A couple of years ago, the Celtics turned their office on Causeway Street, near TD Garden, into a pseudo museum detailing the franchise’s history, with pictures and memorabilia covering nearly every square inch of space.
And down one hallway, all the Celtics logos dating to the team’s founding in 1946 were splashed on the wall, each carrying the story behind its origin.
Those stories sparked an idea for something new with a touch of the past, and after 18 months of work, that idea will debut this week: a new alternate logo.
Created in-house, the logo, which is known as the “Lucky Alternate,” pays homage to the early 1960s illustration created by Celtics patriarch Red Auerbach’s brother, Zang, a former editorial and sports artist for newspapers in Washington.
It features the classic image of Lucky the leprechaun spinning the ball on his finger, only in white silhouette against a green backdrop, encircled by the words “BOSTON” and “CELTICS” in white.
“It’s such an iconic silhouette that people, when they see it, they’ll know exactly what it is,” said Shawn Sullivan, the team’s chief marketing officer.
The logo will first be used on adidas team apparel and merchandise on sale through the team’s online store beginning this month.
Celtics season ticket-holders and corporate partners can also buy apparel featuring the new alternate logo two days before products are released to the general public.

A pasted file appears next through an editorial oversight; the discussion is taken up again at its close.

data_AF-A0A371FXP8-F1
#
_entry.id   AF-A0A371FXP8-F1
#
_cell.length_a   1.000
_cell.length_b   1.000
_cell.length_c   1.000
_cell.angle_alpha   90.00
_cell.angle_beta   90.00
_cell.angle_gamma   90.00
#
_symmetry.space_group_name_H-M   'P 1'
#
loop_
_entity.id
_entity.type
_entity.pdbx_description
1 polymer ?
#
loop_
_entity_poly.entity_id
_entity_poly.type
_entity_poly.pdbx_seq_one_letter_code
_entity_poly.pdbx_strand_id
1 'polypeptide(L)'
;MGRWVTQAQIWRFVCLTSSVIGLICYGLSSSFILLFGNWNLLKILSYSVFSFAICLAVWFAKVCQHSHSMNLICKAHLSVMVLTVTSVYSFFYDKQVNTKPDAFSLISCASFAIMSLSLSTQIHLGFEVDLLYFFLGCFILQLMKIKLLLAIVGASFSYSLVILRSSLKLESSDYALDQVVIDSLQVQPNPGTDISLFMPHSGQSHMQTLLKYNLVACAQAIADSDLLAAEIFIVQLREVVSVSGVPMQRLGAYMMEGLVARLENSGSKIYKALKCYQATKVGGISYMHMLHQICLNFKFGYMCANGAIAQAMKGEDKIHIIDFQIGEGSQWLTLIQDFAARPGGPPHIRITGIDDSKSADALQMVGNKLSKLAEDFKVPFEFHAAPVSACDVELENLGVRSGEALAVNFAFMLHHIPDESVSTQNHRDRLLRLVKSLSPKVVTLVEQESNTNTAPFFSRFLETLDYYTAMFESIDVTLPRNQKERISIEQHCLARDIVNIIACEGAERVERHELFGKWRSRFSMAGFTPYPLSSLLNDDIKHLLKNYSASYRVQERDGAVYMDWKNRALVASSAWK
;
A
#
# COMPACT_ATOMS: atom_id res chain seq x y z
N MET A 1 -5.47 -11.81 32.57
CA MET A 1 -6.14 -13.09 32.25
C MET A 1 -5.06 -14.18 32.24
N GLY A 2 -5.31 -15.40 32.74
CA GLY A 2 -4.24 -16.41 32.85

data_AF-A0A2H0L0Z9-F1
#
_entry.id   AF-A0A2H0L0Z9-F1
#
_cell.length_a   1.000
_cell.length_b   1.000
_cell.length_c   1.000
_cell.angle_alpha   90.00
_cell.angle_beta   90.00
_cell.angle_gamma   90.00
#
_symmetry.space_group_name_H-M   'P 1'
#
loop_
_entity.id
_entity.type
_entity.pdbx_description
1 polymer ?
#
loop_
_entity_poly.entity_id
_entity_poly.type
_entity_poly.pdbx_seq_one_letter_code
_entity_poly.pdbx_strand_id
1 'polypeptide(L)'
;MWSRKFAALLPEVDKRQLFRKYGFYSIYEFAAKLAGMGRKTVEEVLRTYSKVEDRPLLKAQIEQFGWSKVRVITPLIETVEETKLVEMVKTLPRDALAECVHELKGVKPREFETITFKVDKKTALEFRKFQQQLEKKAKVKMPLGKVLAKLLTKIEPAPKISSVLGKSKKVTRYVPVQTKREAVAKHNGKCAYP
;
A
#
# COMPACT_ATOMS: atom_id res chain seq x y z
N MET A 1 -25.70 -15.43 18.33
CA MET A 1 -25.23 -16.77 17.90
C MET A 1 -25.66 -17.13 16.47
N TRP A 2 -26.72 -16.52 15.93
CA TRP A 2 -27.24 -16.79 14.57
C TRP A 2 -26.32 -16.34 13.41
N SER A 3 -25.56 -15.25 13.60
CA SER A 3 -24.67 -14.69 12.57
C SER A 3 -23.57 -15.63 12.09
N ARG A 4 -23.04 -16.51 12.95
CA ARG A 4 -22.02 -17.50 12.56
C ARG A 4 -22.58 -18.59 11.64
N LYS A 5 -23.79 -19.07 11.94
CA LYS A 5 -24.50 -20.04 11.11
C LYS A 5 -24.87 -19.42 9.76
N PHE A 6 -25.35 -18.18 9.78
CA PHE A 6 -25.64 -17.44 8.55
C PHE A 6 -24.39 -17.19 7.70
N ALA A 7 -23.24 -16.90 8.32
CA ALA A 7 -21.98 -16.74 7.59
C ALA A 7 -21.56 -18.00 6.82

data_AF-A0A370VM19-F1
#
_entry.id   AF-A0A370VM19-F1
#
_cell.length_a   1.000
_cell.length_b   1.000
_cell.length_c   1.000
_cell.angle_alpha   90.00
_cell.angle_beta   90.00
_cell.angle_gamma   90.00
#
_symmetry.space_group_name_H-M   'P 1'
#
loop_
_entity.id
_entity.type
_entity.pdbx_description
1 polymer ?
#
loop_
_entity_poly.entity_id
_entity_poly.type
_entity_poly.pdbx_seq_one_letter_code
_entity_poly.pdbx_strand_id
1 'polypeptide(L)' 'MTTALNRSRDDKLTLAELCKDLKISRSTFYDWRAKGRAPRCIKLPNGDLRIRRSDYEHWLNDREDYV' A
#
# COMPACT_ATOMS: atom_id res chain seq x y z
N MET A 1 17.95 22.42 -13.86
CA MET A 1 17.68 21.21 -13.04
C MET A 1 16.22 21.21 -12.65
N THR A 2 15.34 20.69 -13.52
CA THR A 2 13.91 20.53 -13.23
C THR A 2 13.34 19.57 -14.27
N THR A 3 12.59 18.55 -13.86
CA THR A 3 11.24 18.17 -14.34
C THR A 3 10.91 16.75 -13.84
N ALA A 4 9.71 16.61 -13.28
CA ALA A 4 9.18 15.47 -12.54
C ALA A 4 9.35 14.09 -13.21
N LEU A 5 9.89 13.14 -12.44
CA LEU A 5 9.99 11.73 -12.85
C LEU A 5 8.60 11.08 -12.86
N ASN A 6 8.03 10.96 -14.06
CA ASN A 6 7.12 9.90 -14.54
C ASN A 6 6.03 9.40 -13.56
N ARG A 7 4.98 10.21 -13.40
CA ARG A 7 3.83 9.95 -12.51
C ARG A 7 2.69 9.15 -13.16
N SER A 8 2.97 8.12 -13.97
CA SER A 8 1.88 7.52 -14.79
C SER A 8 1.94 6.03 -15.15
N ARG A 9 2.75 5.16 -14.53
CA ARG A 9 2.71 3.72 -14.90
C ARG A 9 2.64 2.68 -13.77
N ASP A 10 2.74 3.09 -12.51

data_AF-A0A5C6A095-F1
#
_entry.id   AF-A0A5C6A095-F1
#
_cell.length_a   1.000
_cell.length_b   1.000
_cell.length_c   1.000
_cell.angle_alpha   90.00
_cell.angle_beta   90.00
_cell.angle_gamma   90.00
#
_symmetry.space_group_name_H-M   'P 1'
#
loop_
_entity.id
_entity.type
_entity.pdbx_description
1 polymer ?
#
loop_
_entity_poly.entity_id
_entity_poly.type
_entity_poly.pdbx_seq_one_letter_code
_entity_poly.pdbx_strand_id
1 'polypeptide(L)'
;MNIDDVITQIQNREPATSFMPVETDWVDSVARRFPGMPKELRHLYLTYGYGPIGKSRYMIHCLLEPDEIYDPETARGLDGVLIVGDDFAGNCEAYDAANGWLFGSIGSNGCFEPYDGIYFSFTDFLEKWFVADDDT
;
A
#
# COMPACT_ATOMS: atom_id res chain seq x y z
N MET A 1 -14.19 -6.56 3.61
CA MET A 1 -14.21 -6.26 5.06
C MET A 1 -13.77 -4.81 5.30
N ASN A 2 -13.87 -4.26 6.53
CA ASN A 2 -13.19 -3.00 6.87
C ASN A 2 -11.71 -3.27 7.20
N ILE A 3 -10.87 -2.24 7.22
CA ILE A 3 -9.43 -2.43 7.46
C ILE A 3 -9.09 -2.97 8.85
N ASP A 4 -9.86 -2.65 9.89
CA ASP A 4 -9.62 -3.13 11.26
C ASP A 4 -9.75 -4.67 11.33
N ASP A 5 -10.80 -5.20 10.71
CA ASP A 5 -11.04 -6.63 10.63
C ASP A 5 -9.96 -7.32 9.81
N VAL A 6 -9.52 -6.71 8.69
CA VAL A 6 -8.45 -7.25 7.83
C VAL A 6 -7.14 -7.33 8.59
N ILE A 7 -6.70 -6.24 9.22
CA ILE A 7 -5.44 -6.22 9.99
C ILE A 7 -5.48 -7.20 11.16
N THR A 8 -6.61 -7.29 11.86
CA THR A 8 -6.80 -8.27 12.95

Keith Sliney, the Celtics’ creative director and the logo’s designer, stressed that it won’t be replacing their main logo, nor are there immediate plans to place it on game jerseys.
“We think of it more as extending the Celtics brand,” Sliney said. “Our existing logos are not changing. This alternate is an additional emblem for us to use on everything from print to web to fabric. It’s very flexible.”
One of the reasons the Celtics decided to create a new logo was, Sliney said, it had been 16 years since the team had debuted its last new logo, a secondary shamrock.
“We thought it was a good time to create a mark, something new, something fresh, yet with a lot of history behind it,” he said.
They settled on re-creating the 1960s logo — Zang’s creation, featuring the leprechaun wearing a bowler, smoking a pipe, holding a shillelagh — only with a contemporary spin on a classic image.Baxter Holmes can be reached at email@example.com. Follow him on Twitter @BaxterHolmes.